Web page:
Animated Short of the Week – Destino
Dir. Dominique Monfery
Ah, Destino. This is of course the infamous Salvador Dali/Walt Disney partnership that was originally supposed to place itself in a sequel to Fantasia by Disney himself that never saw the light of day (and one that was covered generously in the eventual sequel Fantasia 2000, a still fantastic film in its own right.) It is a surrealistic baseball parable conceived by Dali with all of his usual flourishes and stock images, a veritable overview of his entire oeuvre. I knew of these sketches and pieces for sometime, even before Fantasia 2000 came out, and had fawned over them for years and years, feeling like it could be one of those great lost unfinished films.
But alas, it was announced earlier this decade that a Disney team was working on this film again from the ground up, using new technology of course, but retaining the sensibility Dali conveyed in his sketches. This of course occurred in a rare period of genuine inspiration from the Disney team, what with surprising and confounding gems like The Emeperor’s New Groove and Lilo & Stitch (yes, I do in fact enjoy these films…). A period that was of course short-lived, one that could only exist during a time of turmoil for the realm of hand-drawn animation, one that was effectively destroyed by later dreck such as Home on the Range. However, even then I had my doubts about Destino, thinking it was a nice touch, but seemed unlikely to provoke any real response.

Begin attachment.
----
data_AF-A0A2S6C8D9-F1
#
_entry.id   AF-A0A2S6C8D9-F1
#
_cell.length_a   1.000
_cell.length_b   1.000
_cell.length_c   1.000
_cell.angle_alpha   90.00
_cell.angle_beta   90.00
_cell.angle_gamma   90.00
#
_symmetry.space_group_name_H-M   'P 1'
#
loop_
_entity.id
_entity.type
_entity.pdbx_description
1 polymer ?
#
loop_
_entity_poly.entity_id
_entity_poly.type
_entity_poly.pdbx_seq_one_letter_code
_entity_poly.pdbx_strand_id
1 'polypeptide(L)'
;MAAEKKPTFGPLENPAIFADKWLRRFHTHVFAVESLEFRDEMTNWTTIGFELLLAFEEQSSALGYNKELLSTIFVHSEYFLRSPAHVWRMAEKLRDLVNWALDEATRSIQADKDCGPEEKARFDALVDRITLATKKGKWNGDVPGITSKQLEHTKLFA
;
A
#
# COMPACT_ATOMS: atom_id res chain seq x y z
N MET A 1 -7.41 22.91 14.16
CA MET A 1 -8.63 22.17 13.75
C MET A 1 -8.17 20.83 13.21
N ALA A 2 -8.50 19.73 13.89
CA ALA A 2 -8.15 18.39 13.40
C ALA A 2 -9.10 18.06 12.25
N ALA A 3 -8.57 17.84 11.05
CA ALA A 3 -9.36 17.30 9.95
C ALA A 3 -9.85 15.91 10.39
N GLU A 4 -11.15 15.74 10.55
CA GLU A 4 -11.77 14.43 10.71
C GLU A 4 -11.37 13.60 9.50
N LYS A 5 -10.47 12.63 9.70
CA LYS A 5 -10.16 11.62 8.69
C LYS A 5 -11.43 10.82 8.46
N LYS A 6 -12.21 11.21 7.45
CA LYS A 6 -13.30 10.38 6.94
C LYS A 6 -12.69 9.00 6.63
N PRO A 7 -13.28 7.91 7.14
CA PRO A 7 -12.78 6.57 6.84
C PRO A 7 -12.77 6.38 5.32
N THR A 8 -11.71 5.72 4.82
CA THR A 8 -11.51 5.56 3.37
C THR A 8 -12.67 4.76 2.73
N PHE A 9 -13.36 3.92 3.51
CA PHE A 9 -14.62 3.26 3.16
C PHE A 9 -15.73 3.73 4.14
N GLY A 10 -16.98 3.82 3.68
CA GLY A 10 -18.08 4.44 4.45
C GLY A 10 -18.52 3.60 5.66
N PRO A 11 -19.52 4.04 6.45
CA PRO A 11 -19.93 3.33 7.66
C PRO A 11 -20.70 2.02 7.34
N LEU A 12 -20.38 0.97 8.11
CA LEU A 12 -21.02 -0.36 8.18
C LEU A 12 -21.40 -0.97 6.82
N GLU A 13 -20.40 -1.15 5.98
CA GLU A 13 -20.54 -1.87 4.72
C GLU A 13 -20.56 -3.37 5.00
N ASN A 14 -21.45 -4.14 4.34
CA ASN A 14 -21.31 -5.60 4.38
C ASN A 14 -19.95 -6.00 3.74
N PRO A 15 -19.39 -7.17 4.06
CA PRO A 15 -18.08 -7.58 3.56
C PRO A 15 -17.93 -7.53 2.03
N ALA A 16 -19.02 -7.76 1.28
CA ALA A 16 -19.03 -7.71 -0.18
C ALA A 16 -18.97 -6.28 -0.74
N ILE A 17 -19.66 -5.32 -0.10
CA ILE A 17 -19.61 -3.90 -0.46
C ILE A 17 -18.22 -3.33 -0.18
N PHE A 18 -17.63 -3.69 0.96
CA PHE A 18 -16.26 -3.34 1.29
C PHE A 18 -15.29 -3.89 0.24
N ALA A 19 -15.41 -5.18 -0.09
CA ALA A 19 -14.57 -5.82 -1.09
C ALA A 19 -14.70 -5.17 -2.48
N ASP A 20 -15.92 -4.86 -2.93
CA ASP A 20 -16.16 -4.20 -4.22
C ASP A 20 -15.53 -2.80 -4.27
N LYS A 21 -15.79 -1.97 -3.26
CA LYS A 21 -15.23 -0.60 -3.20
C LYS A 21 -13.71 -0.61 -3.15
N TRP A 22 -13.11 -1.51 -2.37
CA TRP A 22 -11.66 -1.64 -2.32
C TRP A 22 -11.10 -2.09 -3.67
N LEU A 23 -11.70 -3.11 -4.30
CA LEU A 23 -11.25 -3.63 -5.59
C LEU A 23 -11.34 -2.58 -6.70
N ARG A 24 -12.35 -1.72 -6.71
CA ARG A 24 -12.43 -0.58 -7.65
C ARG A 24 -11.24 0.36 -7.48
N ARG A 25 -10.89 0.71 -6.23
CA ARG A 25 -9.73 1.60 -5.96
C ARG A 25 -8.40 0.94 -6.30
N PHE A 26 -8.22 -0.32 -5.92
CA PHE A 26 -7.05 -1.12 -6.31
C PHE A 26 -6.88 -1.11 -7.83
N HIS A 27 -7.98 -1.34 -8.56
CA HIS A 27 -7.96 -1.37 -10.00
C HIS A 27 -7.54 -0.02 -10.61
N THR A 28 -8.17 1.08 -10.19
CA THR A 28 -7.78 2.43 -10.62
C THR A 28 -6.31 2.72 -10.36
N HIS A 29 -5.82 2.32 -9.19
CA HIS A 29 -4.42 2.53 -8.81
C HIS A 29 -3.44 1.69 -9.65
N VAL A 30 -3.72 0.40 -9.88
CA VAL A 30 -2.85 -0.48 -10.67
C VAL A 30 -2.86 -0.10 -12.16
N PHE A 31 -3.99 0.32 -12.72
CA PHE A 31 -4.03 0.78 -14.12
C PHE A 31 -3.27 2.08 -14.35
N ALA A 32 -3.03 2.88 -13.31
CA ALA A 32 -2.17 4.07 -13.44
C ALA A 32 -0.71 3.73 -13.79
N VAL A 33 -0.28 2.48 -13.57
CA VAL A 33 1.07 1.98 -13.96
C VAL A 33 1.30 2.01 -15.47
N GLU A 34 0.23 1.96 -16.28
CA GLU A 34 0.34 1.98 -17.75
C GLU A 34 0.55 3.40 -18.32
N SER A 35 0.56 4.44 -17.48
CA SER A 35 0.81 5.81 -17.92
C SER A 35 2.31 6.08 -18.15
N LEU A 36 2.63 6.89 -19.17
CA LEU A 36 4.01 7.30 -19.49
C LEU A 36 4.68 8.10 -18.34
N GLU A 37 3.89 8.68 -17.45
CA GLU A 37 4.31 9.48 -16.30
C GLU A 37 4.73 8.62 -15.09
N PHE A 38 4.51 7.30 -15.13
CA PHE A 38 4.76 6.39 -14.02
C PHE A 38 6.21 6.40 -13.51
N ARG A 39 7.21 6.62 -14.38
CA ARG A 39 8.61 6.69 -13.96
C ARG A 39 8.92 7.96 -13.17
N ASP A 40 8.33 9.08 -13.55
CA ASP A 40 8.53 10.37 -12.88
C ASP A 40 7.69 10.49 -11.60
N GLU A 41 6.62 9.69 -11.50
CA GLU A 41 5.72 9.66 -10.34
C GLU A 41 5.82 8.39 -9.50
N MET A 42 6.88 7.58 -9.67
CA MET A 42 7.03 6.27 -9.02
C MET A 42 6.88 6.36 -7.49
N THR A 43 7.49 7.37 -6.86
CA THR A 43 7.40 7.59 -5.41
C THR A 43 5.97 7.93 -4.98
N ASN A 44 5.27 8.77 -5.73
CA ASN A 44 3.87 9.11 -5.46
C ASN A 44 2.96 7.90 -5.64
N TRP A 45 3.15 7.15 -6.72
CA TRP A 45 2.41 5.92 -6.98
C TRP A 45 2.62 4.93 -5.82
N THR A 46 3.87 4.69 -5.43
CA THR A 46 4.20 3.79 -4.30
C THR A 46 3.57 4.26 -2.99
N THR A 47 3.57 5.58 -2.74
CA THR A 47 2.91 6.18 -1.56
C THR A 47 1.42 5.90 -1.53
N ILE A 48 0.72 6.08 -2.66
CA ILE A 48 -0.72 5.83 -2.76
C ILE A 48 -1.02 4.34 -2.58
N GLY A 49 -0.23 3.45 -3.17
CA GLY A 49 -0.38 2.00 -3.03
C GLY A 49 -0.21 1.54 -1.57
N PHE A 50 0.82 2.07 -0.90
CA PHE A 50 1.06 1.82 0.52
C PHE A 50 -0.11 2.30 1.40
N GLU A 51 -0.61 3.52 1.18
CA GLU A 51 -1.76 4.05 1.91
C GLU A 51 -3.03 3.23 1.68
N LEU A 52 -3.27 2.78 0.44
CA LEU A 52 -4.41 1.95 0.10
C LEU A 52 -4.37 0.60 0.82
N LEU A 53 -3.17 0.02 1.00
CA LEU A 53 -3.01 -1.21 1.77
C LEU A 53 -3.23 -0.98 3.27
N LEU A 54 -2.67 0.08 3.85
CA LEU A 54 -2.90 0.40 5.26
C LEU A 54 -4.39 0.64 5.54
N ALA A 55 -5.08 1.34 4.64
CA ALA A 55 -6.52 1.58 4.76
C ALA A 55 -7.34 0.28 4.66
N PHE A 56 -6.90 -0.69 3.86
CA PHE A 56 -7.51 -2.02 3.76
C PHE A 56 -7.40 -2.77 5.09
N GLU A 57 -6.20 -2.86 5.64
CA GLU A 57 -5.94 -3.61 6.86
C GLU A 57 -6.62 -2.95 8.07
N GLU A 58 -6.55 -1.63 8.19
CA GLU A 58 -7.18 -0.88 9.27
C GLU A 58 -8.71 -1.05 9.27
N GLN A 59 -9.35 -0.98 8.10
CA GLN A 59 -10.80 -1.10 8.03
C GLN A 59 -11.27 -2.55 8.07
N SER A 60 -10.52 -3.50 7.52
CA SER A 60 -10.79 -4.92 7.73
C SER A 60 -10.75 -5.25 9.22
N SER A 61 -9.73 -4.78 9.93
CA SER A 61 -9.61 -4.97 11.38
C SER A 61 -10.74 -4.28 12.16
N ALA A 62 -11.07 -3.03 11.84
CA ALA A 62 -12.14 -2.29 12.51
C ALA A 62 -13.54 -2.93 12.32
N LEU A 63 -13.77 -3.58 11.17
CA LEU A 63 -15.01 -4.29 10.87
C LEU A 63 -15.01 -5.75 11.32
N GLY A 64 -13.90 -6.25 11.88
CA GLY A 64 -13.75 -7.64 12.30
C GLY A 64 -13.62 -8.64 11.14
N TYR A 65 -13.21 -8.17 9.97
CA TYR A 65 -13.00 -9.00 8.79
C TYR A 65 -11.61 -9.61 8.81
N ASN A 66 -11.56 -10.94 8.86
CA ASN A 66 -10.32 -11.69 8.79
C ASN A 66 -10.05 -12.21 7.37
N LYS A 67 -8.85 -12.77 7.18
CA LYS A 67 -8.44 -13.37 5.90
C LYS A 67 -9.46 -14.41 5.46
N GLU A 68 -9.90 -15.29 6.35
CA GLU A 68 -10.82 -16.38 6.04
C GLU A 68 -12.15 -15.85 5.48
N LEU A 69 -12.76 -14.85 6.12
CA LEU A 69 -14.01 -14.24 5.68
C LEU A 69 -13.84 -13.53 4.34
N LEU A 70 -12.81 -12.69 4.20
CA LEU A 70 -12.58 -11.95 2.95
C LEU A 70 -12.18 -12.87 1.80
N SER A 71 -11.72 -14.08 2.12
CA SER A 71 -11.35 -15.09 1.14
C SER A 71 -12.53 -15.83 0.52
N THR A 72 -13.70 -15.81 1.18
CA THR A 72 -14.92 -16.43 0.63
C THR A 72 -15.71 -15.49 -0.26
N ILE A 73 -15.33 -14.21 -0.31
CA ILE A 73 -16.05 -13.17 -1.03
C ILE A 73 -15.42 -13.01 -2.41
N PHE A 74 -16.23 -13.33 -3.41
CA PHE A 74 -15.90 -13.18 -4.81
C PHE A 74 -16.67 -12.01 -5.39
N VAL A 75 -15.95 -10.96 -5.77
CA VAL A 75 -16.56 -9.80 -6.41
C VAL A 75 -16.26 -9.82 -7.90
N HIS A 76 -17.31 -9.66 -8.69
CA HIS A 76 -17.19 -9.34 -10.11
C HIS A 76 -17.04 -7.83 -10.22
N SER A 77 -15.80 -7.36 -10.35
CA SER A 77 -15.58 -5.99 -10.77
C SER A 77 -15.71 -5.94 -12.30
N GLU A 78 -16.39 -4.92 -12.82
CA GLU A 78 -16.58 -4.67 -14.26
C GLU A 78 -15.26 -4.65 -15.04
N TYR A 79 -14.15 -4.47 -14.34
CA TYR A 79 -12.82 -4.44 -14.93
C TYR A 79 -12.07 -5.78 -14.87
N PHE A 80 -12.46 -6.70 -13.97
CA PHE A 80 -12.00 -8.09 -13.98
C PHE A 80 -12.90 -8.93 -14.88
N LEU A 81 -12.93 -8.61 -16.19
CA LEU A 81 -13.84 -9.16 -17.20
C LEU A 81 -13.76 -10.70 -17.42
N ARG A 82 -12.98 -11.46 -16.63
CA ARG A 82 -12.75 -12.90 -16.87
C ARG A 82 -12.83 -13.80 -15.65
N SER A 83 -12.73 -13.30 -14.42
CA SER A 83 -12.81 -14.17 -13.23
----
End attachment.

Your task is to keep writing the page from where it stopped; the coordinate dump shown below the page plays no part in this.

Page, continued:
Needless to say, that sentiment was deeply and thankfully unreasonable. (I had the great fortune of seeing this film as a prelude to The Triplets of Belleville in theaters, and frankly, is quite a contender for the greatest day I’ve ever spent at a movie theater.) Destino is a different beast altogether for Disney, one that actually harkens back the experiments Walt himself held so dear to his heart, on which his company was founded upon. It is poetic and dream-like, but what I never would have guessed from this film is the synthesis at which these two styles blend together. Destino has the clear look of an early 2000s Disney film in its character animation and blend of hand-drawn with subtle computer aided movements, but really feels like a Dali painting coming to life, not some vague approximation of such. The score is of particular note as well, alternately creepy and melancholy; it really gels the whole thing together. As exciting as it would have been to have seen their original collaboration, this is a treatment I am proud to say lives up to the legend. And I’m even prouder to say that it holds up just as well as when I first viewed it, even on a computer screen (though not necessarily the most desirable outlet).
It should be noted that Destino has had a rough time finding its way to DVD. It was announced in 2008 that Disney was including it as a stand-alone release in their wonderful “Treasures” line. It was promptly taken off the release schedule. Why it was is unclear still, but apparently there is still speculation that it will see the light of day again in 2010, along with a lengthy documentary on the history of the project. Quite a bit of effort for the 6 minute film, but with a rich history like this one, I’m positive it will be quite a treat. In the meantime, here’s Destino, in surprisingly high quality Youtube feed. Watch it now before Disney finds out. Enjoy.